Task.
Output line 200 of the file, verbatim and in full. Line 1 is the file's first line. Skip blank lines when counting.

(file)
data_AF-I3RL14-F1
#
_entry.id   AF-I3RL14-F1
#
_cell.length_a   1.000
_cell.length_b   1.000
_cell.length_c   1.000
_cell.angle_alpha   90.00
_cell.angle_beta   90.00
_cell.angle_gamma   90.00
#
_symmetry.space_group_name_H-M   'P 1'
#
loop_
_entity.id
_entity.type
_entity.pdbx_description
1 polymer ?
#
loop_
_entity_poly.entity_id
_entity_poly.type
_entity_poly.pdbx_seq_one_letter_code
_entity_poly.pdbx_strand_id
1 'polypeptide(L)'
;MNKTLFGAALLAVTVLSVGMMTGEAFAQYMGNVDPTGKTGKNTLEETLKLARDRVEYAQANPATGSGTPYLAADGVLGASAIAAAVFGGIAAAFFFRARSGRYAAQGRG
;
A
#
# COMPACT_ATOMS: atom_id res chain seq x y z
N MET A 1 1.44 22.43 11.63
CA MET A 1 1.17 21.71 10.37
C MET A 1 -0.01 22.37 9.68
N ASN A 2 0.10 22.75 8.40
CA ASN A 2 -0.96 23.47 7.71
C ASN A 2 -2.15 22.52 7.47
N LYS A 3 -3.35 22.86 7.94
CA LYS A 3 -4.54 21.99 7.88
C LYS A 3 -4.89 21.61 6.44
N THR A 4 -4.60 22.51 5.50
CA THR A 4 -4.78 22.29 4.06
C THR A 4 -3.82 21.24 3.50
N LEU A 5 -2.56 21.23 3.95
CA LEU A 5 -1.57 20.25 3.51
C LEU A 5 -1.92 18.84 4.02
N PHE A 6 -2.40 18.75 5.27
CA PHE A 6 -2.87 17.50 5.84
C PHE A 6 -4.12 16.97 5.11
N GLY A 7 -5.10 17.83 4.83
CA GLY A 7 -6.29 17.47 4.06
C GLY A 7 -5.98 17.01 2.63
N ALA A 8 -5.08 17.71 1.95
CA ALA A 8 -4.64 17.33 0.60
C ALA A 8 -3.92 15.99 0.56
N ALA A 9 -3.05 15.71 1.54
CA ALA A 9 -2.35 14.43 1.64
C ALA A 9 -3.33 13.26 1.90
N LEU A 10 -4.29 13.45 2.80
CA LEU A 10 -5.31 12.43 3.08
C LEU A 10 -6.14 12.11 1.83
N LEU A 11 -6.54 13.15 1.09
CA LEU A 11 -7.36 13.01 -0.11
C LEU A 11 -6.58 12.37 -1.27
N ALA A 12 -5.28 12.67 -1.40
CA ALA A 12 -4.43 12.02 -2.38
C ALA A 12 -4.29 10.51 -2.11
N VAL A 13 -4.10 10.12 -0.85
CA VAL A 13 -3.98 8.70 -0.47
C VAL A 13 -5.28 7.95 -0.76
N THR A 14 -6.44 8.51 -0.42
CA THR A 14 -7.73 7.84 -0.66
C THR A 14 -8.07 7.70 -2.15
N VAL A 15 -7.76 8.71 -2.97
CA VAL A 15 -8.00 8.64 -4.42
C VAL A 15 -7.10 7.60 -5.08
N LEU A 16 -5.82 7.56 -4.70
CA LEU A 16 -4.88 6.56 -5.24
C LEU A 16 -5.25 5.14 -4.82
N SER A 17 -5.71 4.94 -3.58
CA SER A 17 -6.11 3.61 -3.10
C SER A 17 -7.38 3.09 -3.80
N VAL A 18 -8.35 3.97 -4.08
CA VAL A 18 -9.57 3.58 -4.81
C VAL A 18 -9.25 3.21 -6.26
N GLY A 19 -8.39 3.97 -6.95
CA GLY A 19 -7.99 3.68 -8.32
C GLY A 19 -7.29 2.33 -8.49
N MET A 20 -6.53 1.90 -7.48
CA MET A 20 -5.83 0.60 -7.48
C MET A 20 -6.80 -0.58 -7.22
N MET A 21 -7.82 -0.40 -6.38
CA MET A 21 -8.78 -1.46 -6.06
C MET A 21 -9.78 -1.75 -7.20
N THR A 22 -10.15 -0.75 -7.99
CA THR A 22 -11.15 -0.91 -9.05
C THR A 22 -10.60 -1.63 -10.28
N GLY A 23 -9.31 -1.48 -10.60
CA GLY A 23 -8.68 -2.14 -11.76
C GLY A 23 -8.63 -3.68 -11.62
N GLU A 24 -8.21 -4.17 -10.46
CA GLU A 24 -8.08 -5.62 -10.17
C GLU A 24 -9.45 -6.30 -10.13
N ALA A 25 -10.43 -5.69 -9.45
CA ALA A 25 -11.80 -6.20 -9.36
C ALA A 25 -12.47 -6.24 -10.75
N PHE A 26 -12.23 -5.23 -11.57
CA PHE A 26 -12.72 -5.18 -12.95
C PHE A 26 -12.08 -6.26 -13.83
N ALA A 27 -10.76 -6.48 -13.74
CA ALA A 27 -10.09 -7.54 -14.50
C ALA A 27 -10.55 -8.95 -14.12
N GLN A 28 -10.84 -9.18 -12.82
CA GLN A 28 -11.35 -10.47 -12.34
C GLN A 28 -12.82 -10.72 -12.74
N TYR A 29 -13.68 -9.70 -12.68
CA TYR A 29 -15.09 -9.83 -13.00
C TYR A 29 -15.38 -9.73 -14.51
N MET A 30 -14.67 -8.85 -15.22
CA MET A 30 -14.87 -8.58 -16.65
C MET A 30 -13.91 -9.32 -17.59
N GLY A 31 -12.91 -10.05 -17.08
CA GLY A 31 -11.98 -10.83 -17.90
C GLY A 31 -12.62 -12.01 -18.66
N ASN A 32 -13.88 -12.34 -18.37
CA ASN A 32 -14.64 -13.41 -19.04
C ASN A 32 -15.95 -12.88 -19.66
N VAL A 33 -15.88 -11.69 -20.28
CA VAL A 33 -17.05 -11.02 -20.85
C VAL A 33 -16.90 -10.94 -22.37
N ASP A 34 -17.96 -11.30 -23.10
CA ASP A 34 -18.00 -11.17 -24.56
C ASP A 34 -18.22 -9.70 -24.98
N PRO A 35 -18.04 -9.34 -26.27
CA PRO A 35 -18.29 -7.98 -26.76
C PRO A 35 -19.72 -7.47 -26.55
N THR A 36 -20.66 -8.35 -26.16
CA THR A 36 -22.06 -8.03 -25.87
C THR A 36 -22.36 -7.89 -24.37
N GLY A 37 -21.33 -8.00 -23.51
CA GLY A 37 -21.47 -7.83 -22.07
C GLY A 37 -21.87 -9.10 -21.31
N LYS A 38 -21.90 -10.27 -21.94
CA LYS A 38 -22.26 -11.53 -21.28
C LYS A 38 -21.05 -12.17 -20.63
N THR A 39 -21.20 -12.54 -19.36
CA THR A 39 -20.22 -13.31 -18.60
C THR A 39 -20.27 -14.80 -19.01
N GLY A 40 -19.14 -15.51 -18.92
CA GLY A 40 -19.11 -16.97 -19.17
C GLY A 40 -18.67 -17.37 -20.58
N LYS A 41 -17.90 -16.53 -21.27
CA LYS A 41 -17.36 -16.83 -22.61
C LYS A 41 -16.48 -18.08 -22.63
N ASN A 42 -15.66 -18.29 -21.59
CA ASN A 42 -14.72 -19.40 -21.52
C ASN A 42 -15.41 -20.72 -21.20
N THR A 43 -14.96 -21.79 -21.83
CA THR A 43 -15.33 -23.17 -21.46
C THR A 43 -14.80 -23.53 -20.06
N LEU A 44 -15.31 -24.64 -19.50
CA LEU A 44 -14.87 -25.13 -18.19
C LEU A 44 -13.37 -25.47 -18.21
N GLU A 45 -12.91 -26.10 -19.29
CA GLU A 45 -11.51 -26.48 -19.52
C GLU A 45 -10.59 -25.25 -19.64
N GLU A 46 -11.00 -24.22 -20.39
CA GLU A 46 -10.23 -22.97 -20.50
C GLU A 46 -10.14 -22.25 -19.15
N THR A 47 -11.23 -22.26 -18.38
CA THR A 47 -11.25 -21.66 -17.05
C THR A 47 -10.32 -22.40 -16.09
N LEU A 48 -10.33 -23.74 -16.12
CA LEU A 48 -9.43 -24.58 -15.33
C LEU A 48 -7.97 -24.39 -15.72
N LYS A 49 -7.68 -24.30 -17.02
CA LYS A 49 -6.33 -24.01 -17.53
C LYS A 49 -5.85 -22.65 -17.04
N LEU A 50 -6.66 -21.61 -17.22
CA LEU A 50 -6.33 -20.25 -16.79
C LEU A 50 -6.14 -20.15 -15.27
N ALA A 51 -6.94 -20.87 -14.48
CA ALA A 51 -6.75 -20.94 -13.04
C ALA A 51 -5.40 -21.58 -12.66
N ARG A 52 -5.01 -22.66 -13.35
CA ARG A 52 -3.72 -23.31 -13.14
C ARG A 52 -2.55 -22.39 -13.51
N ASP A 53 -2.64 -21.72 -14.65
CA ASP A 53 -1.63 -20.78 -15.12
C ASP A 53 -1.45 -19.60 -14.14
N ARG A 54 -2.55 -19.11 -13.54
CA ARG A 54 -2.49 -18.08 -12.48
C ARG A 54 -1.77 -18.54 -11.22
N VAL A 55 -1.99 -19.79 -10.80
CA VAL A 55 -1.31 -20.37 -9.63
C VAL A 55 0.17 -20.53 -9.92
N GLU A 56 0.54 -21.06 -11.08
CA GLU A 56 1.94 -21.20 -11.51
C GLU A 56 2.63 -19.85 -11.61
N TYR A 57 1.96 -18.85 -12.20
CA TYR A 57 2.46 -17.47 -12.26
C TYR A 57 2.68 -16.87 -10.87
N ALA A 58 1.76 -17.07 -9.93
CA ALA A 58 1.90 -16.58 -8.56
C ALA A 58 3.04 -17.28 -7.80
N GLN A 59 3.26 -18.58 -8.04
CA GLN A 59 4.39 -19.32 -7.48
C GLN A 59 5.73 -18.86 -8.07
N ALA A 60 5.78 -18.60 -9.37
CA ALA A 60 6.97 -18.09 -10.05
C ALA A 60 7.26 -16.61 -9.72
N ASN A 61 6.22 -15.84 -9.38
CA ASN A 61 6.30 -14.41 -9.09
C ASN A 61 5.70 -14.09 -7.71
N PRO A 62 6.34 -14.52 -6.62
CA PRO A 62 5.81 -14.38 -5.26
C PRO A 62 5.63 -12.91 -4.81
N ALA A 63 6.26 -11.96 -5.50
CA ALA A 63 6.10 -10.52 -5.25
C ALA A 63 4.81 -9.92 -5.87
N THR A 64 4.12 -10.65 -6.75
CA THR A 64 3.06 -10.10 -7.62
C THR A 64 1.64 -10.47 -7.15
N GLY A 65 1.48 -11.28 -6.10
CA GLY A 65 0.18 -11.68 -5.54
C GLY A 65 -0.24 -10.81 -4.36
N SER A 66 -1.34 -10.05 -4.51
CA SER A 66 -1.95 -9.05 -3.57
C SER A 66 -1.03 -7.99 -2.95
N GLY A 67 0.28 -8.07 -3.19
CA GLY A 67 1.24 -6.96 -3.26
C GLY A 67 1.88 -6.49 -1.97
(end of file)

CA TYR A 57 2.46 -17.47 -12.26